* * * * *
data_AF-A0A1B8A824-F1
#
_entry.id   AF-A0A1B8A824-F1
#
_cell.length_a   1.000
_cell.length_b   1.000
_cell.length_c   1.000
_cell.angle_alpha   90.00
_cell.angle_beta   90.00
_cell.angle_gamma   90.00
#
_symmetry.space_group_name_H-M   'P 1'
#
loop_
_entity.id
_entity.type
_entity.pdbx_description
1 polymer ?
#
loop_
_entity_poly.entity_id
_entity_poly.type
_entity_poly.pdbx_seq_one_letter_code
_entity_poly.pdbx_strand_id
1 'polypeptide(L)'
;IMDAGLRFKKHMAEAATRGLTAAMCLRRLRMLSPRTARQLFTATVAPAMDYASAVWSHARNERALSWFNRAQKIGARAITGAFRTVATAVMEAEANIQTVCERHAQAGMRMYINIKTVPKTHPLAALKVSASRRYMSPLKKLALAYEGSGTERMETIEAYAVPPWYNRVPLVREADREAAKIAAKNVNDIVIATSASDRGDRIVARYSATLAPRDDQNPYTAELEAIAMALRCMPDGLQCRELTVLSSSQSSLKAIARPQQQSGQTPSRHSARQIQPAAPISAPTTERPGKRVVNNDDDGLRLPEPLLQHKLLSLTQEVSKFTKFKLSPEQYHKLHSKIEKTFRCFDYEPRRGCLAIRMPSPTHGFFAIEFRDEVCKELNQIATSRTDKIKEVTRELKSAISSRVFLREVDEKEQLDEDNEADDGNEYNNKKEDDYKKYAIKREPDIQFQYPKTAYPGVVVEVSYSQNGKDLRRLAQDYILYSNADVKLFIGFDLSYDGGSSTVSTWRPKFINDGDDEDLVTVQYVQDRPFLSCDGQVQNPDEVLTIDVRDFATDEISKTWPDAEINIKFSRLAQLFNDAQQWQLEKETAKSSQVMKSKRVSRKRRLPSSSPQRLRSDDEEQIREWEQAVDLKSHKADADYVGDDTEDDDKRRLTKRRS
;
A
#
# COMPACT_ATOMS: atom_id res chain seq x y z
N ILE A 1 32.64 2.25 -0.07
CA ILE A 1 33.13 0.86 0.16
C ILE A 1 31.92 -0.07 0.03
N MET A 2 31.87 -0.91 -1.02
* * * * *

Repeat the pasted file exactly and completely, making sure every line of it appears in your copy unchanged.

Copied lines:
data_AF-A0A1B8A824-F1
#
_entry.id   AF-A0A1B8A824-F1
#
_cell.length_a   1.000
_cell.length_b   1.000
_cell.length_c   1.000
_cell.angle_alpha   90.00
_cell.angle_beta   90.00
_cell.angle_gamma   90.00
#
_symmetry.space_group_name_H-M   'P 1'
#
loop_
_entity.id
_entity.type
_entity.pdbx_description
1 polymer ?
#
loop_
_entity_poly.entity_id
_entity_poly.type
_entity_poly.pdbx_seq_one_letter_code
_entity_poly.pdbx_strand_id
1 'polypeptide(L)'
;IMDAGLRFKKHMAEAATRGLTAAMCLRRLRMLSPRTARQLFTATVAPAMDYASAVWSHARNERALSWFNRAQKIGARAITGAFRTVATAVMEAEANIQTVCERHAQAGMRMYINIKTVPKTHPLAALKVSASRRYMSPLKKLALAYEGSGTERMETIEAYAVPPWYNRVPLVREADREAAKIAAKNVNDIVIATSASDRGDRIVARYSATLAPRDDQNPYTAELEAIAMALRCMPDGLQCRELTVLSSSQSSLKAIARPQQQSGQTPSRHSARQIQPAAPISAPTTERPGKRVVNNDDDGLRLPEPLLQHKLLSLTQEVSKFTKFKLSPEQYHKLHSKIEKTFRCFDYEPRRGCLAIRMPSPTHGFFAIEFRDEVCKELNQIATSRTDKIKEVTRELKSAISSRVFLREVDEKEQLDEDNEADDGNEYNNKKEDDYKKYAIKREPDIQFQYPKTAYPGVVVEVSYSQNGKDLRRLAQDYILYSNADVKLFIGFDLSYDGGSSTVSTWRPKFINDGDDEDLVTVQYVQDRPFLSCDGQVQNPDEVLTIDVRDFATDEISKTWPDAEINIKFSRLAQLFNDAQQWQLEKETAKSSQVMKSKRVSRKRRLPSSSPQRLRSDDEEQIREWEQAVDLKSHKADADYVGDDTEDDDKRRLTKRRS
;
A
#
# COMPACT_ATOMS: atom_id res chain seq x y z
N ILE A 1 32.64 2.25 -0.07
CA ILE A 1 33.13 0.86 0.16
C ILE A 1 31.92 -0.07 0.03
N MET A 2 31.87 -0.91 -1.02